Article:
Brief History of the American Mountain Men

From: Tomahawk and Long Rifle, Vol. 11, No. 2 (Feb 86)
By: Walt Hayward

The organization “The American Mountain Men” was started in 1968 by Walt Hayward. Of the original seven members, five; Walt Hayward, Fred Hutto, Ken Smith, Dennis Jackson, Stan McDade, Mark McDade and Brad McDade are still members [Feb 1986]. At this time, the organization was not primitive but rather a modern survival club known as “The Brotherhood of American Mountain Men”, a rather long name for a rather small club, small in numbers, but large in ideals and dreams.

The brotherhood had not been in existence long before it became clear to us that we were taking the wrong path, that modern survival concepts could and would only mislead us, that the true survivalists were those we took our name from. This started our study of the history of the Mountain Men, or at least our attempts to study the history and methods of the original Mountain Men. We soon found out that they were the forgotten pioneers of American history. Still we did what we could, picking up bits and pieces here and there.

In 1972 it was suggested by Ken Smith that there must be a few others across our nation who held the same interests that we did and that these individuals might be interested in joining with us. By now anything modern was strictly (almost, anyway) forbidden. We were working within the 1820 – 1840 era. We felt this fact alone would keep the number of interested individuals down to a very few if any. At this time, one of the pioneers of modern blackpowder sports was Major Slim Ackerman of New Mexico, who just happened to be writing a weekly blackpowder and related activities article for “Gun Week”. Walt Hayward wrote a letter to Slim, outlining what we were attempting to do and what our ideals and goals were. Slim took the information from this letter and devoted one of his articles to us, giving our address so that any who might be interested could contact us.

The few responses we thought we would receive turned into several hundred, enough to keep both Walt and Fred busy three or more hours each night for several weeks. Naturally not all who took the time to write to us were to become members, many wanted another magazine and nothing else, others wanted just another black powder club. These did not fall within our objective and were refused membership. We wanted men who would attempt to embrace the total life style of the original Mountain Men, who would research all they could about these rugged individualists and then go into the field and through practice see if what they were able to find out was even possible. We needed men who would be able and willing to take the time to share their findings with the other brothers through the medium of our magazine, “The Tomahawk & Long Rifle”.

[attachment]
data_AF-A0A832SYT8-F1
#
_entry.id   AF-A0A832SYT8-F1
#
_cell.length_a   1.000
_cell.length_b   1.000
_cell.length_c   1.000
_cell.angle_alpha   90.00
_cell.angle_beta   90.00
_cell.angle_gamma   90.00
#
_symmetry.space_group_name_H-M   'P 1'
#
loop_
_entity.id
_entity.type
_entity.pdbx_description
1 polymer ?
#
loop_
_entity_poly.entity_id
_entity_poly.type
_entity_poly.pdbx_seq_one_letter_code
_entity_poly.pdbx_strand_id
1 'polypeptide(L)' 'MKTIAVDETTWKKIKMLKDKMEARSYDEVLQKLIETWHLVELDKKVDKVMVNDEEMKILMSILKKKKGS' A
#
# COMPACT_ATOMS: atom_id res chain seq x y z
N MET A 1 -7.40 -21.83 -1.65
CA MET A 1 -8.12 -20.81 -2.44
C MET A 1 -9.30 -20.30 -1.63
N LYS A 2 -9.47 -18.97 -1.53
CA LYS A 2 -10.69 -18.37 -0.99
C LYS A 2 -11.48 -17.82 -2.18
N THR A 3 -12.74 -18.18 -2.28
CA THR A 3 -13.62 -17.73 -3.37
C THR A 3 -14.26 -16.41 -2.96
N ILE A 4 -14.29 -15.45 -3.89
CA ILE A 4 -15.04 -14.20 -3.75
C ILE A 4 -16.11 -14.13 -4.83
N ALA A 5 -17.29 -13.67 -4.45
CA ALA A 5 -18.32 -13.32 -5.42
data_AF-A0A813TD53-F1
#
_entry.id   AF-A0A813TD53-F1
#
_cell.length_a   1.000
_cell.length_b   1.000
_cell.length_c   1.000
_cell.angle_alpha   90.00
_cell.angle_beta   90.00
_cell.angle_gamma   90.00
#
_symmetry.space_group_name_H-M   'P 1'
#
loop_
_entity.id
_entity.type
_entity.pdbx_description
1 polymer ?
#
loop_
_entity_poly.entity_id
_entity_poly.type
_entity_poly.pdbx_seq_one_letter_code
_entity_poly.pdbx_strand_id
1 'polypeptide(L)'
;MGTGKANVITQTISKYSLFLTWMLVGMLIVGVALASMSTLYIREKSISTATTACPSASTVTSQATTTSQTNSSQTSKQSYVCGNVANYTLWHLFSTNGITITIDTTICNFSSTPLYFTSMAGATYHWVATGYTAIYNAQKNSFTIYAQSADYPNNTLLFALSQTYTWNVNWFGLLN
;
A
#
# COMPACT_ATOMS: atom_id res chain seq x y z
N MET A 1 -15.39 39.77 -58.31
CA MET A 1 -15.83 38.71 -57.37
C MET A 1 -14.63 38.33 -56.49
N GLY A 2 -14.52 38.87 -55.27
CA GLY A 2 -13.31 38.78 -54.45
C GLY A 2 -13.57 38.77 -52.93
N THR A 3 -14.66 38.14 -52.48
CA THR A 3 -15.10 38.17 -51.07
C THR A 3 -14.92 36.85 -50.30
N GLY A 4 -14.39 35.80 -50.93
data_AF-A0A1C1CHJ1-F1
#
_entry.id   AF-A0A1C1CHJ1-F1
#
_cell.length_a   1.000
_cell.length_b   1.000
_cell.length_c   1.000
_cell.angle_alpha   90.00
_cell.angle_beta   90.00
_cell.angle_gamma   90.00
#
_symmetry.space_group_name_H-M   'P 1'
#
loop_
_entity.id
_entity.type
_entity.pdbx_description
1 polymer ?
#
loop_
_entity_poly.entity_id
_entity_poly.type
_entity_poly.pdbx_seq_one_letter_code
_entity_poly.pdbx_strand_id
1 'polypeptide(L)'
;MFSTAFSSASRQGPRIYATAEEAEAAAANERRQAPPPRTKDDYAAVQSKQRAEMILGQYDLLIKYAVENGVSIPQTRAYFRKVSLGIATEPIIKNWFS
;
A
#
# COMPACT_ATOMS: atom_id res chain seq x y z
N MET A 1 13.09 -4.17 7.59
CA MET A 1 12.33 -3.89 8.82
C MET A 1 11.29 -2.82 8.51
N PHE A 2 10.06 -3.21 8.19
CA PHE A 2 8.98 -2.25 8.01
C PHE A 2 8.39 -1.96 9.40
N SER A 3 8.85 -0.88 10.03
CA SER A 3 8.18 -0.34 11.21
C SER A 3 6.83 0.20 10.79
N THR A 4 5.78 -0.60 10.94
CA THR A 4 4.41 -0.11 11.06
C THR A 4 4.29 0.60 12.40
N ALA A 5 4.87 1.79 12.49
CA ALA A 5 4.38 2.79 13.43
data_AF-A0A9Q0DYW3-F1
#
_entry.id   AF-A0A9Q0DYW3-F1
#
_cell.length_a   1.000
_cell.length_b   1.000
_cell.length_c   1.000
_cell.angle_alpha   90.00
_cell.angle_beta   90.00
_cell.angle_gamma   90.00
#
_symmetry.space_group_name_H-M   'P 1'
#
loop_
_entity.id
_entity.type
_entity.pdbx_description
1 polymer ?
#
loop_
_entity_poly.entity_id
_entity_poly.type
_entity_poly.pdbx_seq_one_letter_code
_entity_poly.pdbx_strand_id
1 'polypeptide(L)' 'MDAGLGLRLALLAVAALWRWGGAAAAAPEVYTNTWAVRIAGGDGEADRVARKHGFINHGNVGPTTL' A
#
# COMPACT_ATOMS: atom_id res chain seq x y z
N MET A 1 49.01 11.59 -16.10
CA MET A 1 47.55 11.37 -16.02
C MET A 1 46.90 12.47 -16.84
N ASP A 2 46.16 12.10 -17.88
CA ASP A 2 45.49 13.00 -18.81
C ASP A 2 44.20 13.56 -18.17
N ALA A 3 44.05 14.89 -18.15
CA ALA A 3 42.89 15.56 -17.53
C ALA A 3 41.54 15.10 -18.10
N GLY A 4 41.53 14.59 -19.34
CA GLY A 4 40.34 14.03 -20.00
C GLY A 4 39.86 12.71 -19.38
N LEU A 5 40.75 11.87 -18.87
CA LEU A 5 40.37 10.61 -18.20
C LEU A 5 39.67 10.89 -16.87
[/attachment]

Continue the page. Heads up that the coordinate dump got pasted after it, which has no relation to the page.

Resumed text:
There was still much to be done before we could call ourselves a national organization. For practical reasons the name was shortened to “The American Mountain Men”, a symbol was accepted and a rough set of by-laws was written and accepted. This gave us a base to work from and helped to cement our objectives and goals. From this time on growth would be slow but steady, and not without the usual growing pains. We have still not realized our total goals, perhaps we never will, but we will never give up our attempt to do so. We are not a large brotherhood and it is not our desire to ever be so, but rather to remain a small compact group of select brothers working together for a common goal, just as the original American Mountain Men were.

The AMM has continued its growth and knowledge through the years. Members have done a considerable amount of research, both academic and “getting on the ground”, to learn the ways of the original mountain men.

AMM members have written articles for every one of the eight Book of Buckskinning, a series of books on the history and “how to” of the mountain man. Members have penned innumerable articles for magazines concerned with the mountain men and the fur trade era.

Members of the AMM started the Fort Bridger rendezvous, and for the first years, were in charge of this event which has developed into the largest rendezvous in the West.

A memorial to “Liver Eating” Johnson was built in Cody, Wyoming by AMM members. The tradition was continued as other notable mountain men were honored at the memorial.

Hollywood has noted the skills and knowledge of many AMM members who have appeared in, and acted as technical advisors for many movies (including The Mountain Men, with Charleton Heston and Brian Keith) and numerous television documentaries.

AMM members continue their quest for knowledge of primitive skills of the original mountain men and Native Americans. We are happy to share the knowledge that we have gained with those who are interested.